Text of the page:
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Both men originally met in Los Angeles to discuss the role, Wright said Monday as he promoted his wartime drama at the Toronto Film Festival. “I was certainly nervous at meeting Gary, and I was surprised that Gary was nervous too,” he said.
But they sealed the deal after sharing an e-cigarette. “We went outside and vaped together. By the end of the vape, we were like brothers, really, brothers,” Wright said.
Darkest Hour sees Oldman — laden with ample prosthetic makeup — play Churchill during his early days as British prime minister at the beginning of World War II.
Oldman told journalists at TIFF he was initially wary about playing Churchill because earlier British acting greats like Robert Hardy, Richard Burton and Albert Finney had already portrayed the wartime leader on the big screen. “I didn’t want to be contaminated or influenced by other people’s performances. We’ve all got an impression of Churchill and a lot of that comes from the people who played him, not the actual man,” he explained.
So Oldman relied on British Pathe reel footage of Churchill and historical reading to research the role: “To hear him and see him was the way in.”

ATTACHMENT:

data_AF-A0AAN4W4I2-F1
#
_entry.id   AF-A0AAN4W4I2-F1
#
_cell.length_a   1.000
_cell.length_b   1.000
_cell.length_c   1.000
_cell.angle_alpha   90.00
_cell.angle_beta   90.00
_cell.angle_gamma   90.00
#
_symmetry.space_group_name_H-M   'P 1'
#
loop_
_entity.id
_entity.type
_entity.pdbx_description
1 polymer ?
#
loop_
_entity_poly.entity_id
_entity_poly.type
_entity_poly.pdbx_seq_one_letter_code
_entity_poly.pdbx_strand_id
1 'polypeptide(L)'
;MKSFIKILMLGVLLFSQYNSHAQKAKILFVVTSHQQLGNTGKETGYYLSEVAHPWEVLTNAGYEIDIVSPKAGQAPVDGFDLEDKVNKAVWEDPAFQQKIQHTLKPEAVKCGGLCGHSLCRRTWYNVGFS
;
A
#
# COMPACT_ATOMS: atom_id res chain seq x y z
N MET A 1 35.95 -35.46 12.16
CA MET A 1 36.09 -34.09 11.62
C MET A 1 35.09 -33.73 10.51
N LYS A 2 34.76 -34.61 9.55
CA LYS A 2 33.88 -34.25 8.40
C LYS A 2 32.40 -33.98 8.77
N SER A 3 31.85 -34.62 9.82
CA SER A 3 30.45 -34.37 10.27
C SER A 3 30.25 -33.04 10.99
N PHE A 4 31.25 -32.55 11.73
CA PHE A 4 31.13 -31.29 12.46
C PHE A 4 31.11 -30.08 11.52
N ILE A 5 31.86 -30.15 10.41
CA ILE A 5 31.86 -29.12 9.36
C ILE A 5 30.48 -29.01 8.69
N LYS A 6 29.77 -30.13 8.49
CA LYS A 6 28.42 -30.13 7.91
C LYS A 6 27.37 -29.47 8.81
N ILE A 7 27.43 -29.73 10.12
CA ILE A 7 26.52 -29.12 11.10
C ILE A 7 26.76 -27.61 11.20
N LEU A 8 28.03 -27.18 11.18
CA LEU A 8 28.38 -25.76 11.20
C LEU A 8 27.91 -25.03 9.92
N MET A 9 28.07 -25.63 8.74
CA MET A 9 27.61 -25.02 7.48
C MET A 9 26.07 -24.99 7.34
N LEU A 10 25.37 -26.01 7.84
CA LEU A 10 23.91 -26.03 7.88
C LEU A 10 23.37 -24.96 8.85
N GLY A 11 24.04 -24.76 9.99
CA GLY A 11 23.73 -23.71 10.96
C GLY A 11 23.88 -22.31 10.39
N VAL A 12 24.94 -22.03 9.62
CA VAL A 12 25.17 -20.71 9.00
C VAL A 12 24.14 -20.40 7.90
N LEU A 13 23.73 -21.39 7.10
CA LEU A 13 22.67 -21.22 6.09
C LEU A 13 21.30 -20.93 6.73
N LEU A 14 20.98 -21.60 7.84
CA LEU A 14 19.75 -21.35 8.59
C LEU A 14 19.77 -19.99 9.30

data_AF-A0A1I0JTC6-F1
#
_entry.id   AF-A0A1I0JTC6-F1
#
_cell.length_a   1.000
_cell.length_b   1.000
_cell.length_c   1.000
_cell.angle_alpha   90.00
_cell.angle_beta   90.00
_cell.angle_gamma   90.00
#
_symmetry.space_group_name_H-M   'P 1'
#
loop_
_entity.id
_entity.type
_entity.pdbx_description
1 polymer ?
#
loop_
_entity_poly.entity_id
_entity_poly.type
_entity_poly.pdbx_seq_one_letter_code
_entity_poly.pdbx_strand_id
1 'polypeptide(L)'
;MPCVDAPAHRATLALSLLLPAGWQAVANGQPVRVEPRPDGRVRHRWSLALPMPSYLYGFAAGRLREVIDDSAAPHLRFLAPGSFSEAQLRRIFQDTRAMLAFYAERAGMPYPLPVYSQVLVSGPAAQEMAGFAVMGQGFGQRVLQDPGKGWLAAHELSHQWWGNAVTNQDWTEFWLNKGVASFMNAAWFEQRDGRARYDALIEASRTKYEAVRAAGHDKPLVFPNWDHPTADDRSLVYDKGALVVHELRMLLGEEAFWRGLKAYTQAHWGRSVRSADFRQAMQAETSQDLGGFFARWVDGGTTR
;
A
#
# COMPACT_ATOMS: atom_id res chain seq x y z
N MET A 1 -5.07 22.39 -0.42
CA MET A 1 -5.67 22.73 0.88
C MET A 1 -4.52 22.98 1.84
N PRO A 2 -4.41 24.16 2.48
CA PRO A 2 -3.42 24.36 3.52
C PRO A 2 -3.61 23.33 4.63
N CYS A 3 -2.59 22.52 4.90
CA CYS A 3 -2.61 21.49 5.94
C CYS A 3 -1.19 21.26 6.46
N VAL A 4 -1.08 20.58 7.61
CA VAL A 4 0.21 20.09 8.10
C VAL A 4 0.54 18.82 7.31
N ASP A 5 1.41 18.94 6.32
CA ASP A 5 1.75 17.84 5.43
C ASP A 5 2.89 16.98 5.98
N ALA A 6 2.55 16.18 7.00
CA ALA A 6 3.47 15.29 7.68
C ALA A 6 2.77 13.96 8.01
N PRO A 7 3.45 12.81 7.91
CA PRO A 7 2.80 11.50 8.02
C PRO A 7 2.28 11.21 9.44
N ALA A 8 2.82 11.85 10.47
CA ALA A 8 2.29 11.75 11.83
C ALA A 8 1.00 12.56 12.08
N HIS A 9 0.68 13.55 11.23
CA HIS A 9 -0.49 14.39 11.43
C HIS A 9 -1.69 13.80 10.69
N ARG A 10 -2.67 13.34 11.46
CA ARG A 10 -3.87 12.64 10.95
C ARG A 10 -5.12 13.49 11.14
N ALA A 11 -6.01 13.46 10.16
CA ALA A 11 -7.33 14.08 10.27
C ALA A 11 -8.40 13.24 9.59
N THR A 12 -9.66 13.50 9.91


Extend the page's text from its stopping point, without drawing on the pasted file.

Despite Darkest Hour unfolding against the backdrop of Nazi Germany, director Wright recalled it wasn’t entirely certain at the time Adolf Hitler was the mortal threat in most peoples’ eyes that he later became. “We now know that he was right. But at the time, you didn’t know whether he was right or not,” he recalled.
Oldman added that Churchill saw a pattern in the run-up to the Second World War that caused him to raise an alarm, which at the time was seen as unfashionable. “Churchill… believed that we were in the eye of the hurricane, between two world wars, and the second one was coming,” he explained.
Oldman added history may be repeating itself today, during uncertain times as politics and war dominate headlines. “Maybe we are in between and something is coming,” Oldman ventured.
Co-star Kristin Scott Thomas agreed there’s an appetite for a Churchillian leader to emerge. “There’re such feelings of insecurity in the world that we may well look back and say, someone was able to show up and talk sense and save us and there may hope somewhere,” she said.
Darkest Hour will hit theaters Nov. 22.
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